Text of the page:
Clipboard: Typical allies on health care not speaking with one voice on costs
A few Globe health stories to chew on this morning:
Business and consumer groups that were close allies during debate over the 2006 state health law are divided over how far the state should go in its plan to control health costs, I reported in today’s Globe:
Associated Industries of Massachusetts, a business trade group, has called for tighter controls on spending than the House or Senate has proposed. Its regular allies - including the Massachusetts Taxpayers Foundation, a research organization for employers - warn against over-regulation.
The fracture highlights how the health care debate has changed in five years. There are no clearly defined camps. Controlling costs is a more nuanced issue than expanding coverage, some advocates said. And the stakes are higher.
“We’re talking about revenues in the health care system,’’ said Richard C. Lord, president of Associated Industries of Massachusetts, which represents about 6,000 businesses. “Every dollar in the system is somebody’s income stream. So, every dollar has an interest group that represents it.’’
Globe columnist Joanna Weiss mulls over the implications of a high-cost health plan, when a family of four meets their deductible. She concludes:
For the rest of 2012, the parents, if they wanted, could to go the emergency room every time they needed basic care. They won’t. But they’re considering their health care writ large, planning to get a few smallish, quasi-elective procedures they might have otherwise delayed. Why not? For the rest of the year, containing costs is someone else’s problem.
If you missed it, read this opinion piece from Ellen Zane, former chief executive of Tufts Medical Center. Zane warns about existing disparities in what hospitals and doctors are paid being “enshrined in perpetuity in a global payment system,” in which providers are given a budget for caring for patients rather than being paid for each procedure:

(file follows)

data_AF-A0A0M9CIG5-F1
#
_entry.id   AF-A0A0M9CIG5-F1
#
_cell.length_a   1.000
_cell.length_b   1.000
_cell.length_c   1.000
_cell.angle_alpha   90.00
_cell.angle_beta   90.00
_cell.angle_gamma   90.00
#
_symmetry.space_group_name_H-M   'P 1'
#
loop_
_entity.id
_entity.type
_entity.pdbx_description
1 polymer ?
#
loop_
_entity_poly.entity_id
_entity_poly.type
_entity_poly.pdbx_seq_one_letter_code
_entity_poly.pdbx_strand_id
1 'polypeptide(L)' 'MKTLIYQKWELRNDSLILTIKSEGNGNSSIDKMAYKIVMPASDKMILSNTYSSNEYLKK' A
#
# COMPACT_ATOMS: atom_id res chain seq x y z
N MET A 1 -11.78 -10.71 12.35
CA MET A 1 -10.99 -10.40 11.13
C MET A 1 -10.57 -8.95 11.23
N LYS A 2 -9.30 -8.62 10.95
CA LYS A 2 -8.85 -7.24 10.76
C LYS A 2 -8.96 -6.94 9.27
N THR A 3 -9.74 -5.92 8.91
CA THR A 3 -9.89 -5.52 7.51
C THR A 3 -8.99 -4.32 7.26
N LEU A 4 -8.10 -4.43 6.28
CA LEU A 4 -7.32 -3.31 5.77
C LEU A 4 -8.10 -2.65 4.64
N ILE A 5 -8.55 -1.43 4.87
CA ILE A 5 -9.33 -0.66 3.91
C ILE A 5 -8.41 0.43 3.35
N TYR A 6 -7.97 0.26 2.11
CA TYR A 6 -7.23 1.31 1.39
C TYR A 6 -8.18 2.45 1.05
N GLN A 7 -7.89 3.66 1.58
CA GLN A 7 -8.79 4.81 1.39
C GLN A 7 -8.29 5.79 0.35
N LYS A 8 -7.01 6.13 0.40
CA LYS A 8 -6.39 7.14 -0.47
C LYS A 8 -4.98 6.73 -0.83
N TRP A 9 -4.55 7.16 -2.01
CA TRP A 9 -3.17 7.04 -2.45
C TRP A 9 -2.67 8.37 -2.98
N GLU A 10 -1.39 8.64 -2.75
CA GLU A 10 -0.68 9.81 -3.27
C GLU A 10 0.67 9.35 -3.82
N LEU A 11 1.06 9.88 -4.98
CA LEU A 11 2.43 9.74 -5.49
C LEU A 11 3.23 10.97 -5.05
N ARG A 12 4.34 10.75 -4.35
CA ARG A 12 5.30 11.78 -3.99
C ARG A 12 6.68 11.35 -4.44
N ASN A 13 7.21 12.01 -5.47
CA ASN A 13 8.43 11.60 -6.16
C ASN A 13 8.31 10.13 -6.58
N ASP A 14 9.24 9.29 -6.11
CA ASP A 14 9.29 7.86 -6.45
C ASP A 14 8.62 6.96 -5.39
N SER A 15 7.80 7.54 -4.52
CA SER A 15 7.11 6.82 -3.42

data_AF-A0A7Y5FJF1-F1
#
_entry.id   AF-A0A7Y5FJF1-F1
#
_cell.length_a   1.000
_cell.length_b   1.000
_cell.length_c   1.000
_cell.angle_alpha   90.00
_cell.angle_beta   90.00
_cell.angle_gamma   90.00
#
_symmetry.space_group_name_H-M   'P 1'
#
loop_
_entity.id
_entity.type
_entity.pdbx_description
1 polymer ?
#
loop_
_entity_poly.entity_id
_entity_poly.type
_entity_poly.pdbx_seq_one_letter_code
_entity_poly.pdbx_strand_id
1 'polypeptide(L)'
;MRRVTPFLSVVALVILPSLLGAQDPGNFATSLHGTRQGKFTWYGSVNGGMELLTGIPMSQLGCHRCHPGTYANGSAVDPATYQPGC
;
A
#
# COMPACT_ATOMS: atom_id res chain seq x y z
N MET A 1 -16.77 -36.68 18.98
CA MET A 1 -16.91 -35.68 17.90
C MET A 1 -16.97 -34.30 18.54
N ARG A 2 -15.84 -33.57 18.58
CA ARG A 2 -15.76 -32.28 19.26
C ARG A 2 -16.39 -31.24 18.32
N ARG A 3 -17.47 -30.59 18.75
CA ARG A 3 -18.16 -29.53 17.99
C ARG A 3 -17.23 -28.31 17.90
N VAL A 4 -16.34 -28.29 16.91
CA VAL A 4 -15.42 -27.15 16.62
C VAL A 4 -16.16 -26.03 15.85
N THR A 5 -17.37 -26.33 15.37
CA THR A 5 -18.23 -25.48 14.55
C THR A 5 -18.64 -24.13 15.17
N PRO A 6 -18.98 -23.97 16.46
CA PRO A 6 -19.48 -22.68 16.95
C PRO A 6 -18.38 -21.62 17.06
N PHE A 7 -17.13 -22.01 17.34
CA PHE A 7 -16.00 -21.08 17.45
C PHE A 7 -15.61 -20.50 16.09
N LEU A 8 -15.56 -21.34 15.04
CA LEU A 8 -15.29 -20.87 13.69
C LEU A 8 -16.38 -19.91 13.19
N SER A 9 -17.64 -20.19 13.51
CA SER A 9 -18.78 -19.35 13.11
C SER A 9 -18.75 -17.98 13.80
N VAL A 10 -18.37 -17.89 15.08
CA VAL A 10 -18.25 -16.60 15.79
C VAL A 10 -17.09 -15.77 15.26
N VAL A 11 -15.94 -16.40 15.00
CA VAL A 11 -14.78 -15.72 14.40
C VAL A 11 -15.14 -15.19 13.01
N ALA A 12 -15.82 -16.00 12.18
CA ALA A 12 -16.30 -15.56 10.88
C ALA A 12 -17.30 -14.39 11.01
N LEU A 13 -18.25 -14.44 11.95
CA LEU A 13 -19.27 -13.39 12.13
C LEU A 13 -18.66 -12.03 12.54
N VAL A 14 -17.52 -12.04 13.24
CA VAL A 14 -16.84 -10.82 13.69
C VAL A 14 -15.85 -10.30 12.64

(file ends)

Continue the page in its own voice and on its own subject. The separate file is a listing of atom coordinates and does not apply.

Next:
An inconvenient truth about Massachusetts health care system is the fact that the income profile of where you live is a better predictor of what insurers will pay for your health care than almost any other factor. This reality has not been changed by any of the payment reform experiments currently under way, nor by anything that has been recently proposed. So I remain deeply unsettled by wishful thinking that our market will solve our health care cost problem if left to its own devices.Chelsea Conaboy can be reached at firstname.lastname@example.org. Follow her on Twitter @cconaboy.
About white coat notes
|White Coat Notes covers the latest from the health care industry, hospitals, doctors offices, labs, insurers, and the corridors of government. Chelsea Conaboy previously covered health care for The Philadelphia Inquirer. Write her at email@example.com. Follow her on Twitter: @cconaboy.|
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